To ease employee anxiety and avoid misinformation or the spreading of rumors, communicate with employees about the actions you are taking to address issues associated with the COVID-19. Designate a company official to be the point person when it comes to all things COVID-19. This person would be responsible for checking the Centers for Disease Control & Prevention (CDC) and World Health Organization websites regularly to stay on top of the disease’s spread and impact. Let employees know that you are monitoring information and will share it.

Make sure employees are aware of:

  • Your planned response to the outbreak
  • Any updates on the impact the outbreak is making on your community and workplace

To get in front of your employees worries, use clear, succinct communication. Let them know, for example, that they don't have to shake hands with others, including customers, if they don’t want to. You might want to get input from your employee population regarding their questions and how they prefer to receive information.

Employees are likely to be especially concerned with how the outbreak will impact them and their jobs. Anticipate their concerns and prepare a list of frequently asked questions. Your communication can include an explanation of:

  • Leave policies
  • Travel policies
  • Separation of sick employees
  • Options for remote work
  • Pay and benefit considerations

All contract and temporary employees should also receive the latest information regarding your policies. Everyone in your workplace should be aware of steps that can help control the spread of the virus and the steps your company is taking to respond to the situation.

Special Considerations for Transportation Employers

A motor carrier’s pandemic preparedness plan is created to protect employees, customers and the general public from viral threats. A business continuity plan is a piece of this plan, and it has the primary objective of maintaining and restoring operations during a crisis. Its role is to keep trucks or busses moving.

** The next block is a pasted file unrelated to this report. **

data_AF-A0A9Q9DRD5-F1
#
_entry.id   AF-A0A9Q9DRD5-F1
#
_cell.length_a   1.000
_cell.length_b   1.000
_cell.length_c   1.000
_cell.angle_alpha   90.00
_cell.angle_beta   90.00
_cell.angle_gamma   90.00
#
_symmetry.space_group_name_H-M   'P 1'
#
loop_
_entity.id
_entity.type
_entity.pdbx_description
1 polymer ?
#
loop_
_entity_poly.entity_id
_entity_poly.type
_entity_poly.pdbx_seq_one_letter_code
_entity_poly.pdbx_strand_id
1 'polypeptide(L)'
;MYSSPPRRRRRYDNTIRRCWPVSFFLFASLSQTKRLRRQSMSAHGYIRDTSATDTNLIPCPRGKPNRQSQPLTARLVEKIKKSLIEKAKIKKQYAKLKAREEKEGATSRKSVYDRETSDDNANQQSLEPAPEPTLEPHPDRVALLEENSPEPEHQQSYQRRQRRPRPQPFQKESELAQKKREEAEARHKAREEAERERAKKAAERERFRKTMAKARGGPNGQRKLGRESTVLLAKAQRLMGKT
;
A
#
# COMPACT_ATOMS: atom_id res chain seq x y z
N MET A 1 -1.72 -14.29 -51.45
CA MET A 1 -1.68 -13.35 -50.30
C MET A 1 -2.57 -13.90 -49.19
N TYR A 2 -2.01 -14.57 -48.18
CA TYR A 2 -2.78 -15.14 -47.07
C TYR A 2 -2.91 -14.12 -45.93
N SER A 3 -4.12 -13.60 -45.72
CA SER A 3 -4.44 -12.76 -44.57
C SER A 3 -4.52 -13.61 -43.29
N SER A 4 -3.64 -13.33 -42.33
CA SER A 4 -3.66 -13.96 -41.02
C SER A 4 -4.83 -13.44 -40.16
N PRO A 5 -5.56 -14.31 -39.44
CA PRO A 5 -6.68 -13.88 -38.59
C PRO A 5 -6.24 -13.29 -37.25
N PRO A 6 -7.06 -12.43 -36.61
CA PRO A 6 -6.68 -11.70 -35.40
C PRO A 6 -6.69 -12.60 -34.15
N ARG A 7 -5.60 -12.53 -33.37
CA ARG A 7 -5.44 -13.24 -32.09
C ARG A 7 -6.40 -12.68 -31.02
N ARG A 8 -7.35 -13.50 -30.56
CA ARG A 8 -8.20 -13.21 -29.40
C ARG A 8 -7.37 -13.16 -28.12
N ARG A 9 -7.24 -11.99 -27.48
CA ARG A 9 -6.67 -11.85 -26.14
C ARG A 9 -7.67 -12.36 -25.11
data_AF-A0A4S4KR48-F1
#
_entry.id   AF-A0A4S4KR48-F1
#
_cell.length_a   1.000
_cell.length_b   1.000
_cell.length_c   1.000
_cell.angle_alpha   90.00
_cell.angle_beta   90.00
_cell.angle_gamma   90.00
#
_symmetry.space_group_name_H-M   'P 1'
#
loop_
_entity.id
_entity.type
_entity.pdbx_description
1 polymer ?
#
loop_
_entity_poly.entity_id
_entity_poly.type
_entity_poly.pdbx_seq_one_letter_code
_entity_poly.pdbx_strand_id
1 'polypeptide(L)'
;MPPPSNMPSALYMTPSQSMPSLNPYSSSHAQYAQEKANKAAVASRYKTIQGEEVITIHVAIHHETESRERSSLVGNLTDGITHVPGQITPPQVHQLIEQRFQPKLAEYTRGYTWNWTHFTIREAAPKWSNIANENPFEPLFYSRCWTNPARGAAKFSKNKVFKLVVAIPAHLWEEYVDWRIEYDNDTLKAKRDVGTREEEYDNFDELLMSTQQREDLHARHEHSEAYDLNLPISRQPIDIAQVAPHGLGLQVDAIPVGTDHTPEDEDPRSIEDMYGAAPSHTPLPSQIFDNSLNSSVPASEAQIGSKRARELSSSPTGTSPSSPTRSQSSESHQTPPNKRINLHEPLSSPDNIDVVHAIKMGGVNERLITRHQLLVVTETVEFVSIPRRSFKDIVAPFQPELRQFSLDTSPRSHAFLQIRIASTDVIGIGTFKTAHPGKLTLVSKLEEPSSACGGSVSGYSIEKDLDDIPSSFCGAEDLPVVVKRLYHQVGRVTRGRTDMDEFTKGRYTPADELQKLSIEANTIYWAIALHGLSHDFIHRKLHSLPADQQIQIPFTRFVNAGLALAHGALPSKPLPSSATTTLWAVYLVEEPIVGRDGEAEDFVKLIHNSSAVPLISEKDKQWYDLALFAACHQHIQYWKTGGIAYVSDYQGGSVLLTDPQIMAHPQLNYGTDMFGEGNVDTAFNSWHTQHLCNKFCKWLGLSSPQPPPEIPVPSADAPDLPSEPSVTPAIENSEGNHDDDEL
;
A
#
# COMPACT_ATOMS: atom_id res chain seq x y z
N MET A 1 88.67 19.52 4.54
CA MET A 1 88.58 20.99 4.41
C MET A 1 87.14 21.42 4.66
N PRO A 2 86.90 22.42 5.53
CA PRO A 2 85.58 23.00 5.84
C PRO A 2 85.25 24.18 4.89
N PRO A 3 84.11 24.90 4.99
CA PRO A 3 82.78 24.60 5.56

Your plan should consider the following topics:


  • Are your customers (shippers and receivers) and their vendors able to continue operation during the outbreak?
  • What would the demand for your customers’ products or services (pharmaceutical vs. appliances vs. toys, etc.) be during an epidemic?
  • Can essential materials and supplies be safely, legally and practically stored at regional distribution centers or dispersed at sites along likely traveled routes?
  • What is the availability of fuel and lubricants? How long can you operate if a shortage occurs?
  • Could there be a shortage of repair parts or supplies for vehicles and equipment?
  • Are open warehouses or storage containers available locally on short notice if you need to stockpile supplies temporarily?
  • Do you have pre-established contracts with multiple vendors for essential supplies? If your supply chain is disrupted, how long can you operate?
  • Are there specialty support operations available during a pandemic, such as tank wash stations and cleaning supplies for bulk hazardous materials?


  • Are you able to re-assign cross-trained employees to fill in the gaps?
    • Is a mechanic licensed with a CDL able to take loads?
    • Can a dispatcher or supervisor fill in as a driver if qualified?
    • Can someone assist in dispatching?
  • Are there enough available certified maintenance technicians in-house if your third-party fleet maintenance service is unable to service your equipment?
  • How will you address drivers who are unwilling to transports goods or passengers in areas designated as “hot spots” for the virus?
  • Are there procedures in place for vehicles, including trucks, trailers and buses, to be adequately cleaned and disinfected between shifts and load changes?
  • Are you cleaning (daily) frequently touched surfaces on busses?
  • What procedures are in place in the event a driver becomes ill while on the road?
  • Do you offer a work-from-home option for administrative personnel to decrease exposure to the virus?
  • Have you modified your policy on absenteeism (making it less stringent) during times of pandemic?


  • Have you designated someone to oversee your coronavirus-related prevention initiative?
  • Do dispatchers have a checklist of symptoms of the coronavirus in order to refer drivers to treatment?
  • Are dispatchers trained that regulations prohibit a driver from operating a CMV when ill?
  • Have drivers been trained on your pandemic policy? They should have:
    • Educational materials (information about signs and symptoms, company procedures)
    • A point of contact for questions.

Source: Truckload Carriers Association (TCA)

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